Imagine if Hamas, since winning control of Gaza, had put its resources into building up the community with schools, hospitals and other institutions that uplifted the Palestinian people! Hamas would be considered “heroes” in the eyes of most of the world and its leadership would have attained political legitimacy.

But, no, instead it is intent on depravity and destruction to the bitter end.

Marc Bloom
Princeton, N.J.

The Frankfurt Book Fair’s Cancellation of a Palestinian Author

Adania ShibliCredit…Franziska Rothenbühler

To the Editor:

Re “A Chill Has Been Cast Over the Book World,” by Pamela Paul (column, Oct. 19):

Reading Ms. Paul’s forceful condemnation of the Frankfurt Book Fair’s decision to cancel a celebration recognizing a Palestinian author, I waited in vain for her to address one indispensable fact: Frankfurt is in Germany, a country that, for obvious reasons, has assumed a special role in defending Israel and protecting Jews around the world.

For example, the German penal code prohibits public denial of the Holocaust and its Nationality Act mandates restoration of citizenship for any Jew whose forebears lost their citizenship during the Nazi regime.

Contrary to Ms. Paul’s claim that it is a “false notion that there is a wrong time for certain authors or novels and that now is not the time for Palestinian literature,” the days following a Palestinian terrorist attack that resulted in the deadliest day for Jews since the Holocaust are precisely the wrong time for a German book fair to celebrate a novel excoriating Israel.

Adania Shibli’s views are important and should be heard in Germany and elsewhere — just not in Frankfurt right now. Ms. Paul does a grave disservice to German Jews living and dead by not acknowledging the tragic history underlying the Frankfurt Book Fair’s decision.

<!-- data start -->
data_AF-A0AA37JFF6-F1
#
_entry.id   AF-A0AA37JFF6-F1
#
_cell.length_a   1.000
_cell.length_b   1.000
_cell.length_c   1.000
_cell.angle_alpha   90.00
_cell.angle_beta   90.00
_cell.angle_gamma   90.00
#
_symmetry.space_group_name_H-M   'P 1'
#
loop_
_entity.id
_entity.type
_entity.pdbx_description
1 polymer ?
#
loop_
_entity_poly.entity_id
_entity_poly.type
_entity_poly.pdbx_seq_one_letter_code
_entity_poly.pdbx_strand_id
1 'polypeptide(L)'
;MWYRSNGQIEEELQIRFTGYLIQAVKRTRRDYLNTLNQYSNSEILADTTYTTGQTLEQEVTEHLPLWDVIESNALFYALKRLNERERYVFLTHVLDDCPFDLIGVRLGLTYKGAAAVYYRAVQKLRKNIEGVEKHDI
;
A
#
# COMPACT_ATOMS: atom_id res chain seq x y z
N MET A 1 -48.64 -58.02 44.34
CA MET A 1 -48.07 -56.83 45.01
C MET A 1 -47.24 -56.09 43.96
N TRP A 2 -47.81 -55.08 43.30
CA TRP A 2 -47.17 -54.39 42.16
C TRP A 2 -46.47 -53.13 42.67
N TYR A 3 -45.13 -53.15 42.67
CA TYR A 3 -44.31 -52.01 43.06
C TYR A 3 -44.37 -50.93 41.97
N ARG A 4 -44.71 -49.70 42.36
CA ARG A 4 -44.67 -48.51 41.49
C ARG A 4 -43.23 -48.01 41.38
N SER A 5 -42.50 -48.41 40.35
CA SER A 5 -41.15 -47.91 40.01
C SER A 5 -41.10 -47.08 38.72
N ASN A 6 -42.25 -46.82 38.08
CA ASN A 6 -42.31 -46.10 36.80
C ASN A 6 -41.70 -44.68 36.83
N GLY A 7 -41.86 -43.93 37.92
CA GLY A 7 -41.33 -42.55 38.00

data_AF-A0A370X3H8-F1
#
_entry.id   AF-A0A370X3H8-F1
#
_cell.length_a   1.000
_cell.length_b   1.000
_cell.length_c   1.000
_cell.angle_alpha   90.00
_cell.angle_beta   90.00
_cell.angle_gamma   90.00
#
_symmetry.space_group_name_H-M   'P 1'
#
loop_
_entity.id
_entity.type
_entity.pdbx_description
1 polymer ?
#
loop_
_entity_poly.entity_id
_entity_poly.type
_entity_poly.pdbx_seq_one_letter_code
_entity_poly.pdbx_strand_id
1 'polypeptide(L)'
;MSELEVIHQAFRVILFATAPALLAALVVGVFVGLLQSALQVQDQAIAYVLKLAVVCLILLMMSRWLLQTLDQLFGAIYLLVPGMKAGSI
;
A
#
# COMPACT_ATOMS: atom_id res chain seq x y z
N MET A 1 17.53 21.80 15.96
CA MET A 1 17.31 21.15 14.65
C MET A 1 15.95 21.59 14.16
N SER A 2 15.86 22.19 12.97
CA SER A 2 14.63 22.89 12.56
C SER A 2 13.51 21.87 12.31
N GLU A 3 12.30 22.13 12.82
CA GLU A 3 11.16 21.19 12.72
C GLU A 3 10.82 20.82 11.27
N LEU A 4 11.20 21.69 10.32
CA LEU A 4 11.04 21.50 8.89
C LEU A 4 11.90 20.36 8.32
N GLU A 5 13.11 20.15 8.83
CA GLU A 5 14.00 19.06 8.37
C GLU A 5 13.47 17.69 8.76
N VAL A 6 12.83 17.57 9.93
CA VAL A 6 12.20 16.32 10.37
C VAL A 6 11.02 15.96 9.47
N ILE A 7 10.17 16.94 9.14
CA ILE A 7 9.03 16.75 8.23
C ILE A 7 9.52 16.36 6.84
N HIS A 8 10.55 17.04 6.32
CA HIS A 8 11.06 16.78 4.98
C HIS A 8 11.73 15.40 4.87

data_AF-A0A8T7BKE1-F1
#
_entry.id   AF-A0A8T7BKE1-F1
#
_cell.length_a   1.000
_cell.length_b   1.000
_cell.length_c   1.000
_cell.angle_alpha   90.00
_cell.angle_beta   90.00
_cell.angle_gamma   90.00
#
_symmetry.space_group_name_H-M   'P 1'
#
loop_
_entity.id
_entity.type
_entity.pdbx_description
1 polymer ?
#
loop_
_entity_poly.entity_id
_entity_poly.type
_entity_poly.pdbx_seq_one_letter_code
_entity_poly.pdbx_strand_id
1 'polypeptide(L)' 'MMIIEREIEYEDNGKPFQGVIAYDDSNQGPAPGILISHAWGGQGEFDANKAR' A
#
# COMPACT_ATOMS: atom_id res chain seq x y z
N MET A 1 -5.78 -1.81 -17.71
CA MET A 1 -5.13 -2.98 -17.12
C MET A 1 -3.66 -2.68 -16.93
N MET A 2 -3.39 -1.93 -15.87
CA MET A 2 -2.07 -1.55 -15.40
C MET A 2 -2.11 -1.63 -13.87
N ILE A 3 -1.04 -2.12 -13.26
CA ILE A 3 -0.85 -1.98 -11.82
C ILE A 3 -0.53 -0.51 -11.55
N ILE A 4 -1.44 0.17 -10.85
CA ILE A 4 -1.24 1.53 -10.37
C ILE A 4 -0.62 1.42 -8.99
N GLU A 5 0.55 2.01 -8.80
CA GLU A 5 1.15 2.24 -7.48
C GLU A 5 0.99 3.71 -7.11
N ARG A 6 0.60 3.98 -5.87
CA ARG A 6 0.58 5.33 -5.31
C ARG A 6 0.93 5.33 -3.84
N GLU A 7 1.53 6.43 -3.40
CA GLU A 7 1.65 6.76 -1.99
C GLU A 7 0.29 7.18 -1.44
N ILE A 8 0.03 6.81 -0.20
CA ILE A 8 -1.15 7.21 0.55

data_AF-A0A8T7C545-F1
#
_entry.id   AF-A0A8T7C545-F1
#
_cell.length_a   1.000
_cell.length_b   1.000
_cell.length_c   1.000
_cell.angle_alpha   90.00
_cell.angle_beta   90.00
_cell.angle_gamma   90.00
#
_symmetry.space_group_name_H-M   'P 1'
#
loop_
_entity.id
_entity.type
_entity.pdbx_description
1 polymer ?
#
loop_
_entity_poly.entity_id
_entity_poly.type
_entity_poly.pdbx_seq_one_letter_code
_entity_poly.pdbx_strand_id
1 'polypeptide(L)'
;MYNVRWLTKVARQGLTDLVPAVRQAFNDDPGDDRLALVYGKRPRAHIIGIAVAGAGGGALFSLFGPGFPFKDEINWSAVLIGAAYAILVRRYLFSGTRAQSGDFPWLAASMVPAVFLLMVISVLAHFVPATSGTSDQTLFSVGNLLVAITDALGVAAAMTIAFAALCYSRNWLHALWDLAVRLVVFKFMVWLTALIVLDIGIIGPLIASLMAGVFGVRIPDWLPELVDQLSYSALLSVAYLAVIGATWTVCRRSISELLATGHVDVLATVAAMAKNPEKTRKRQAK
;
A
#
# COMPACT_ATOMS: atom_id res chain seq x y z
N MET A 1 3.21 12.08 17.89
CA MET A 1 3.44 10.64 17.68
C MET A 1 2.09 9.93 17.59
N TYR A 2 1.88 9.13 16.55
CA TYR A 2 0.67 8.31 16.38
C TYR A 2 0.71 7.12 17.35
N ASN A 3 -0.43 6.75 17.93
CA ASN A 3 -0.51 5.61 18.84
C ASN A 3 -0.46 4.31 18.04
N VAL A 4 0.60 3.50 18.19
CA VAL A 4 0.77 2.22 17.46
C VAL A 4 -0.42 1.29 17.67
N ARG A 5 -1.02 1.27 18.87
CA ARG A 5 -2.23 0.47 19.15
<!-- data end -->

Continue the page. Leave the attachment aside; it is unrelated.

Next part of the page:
Andrew D. Herman
Chevy Chase, Md.

Regulating Airlines

Credit…Carter Johnston for The New York Times

To the Editor:

Re “A Frayed System, and 131 Lives Put in Jeopardy” (front page, Oct. 15):

The article states, “The safety net that underpins air travel in America is fraying, exposing passengers to potential tragedies.”

The blame seems to be focused on government air traffic controllers. They share some of it, but they are only part of a much larger system including aircraft technology, airport design, aircrew and airspace management.

But there is another problem rarely talked about: competition. Since airlines were deregulated in 1978, the industry has seen bankruptcies, deterioration of comfort and service, delays and congestion, complexity in pricing and fares, and stagnation in aviation systems planning and investment.

A strong argument could be made that airline competition has not worked as expected, and even worked counterproductively. A new airline regulatory program may be called for — one that combines the public and private sectors in a jointly managed and financed national aviation system with strong oversight in safety standards, infrastructure investment and passenger consumer benefits that are missing under the current deregulation.

Matthew G. Andersson
The writer was the founder and C.E.O. of Indigo Airlines and is a former aviation consultant.

Count Presidential Ballot Separately

Credit…Lukas Verstraete

To the Editor:

Re “Counting Ballots by Hand Ensures Only Chaos,” by Jessica Huseman (Opinion guest essay, Oct. 20):

Ms. Huseman is absolutely right that counting lengthy ballots by hand would be a nightmare. But we could reduce the growing suspicion that computers can’t count our votes properly if our presidential elections were administered separately from all the other races on Election Day.

If there were paper ballots just for the presidency, they could be counted in one long night, as is done in many European parliamentary elections, in which voters only cast one vote for a party.

Mark Weston
Sarasota, Fla.
The writer is the author of “The Runner-Up Presidency: The Elections That Defied America’s Popular Will.”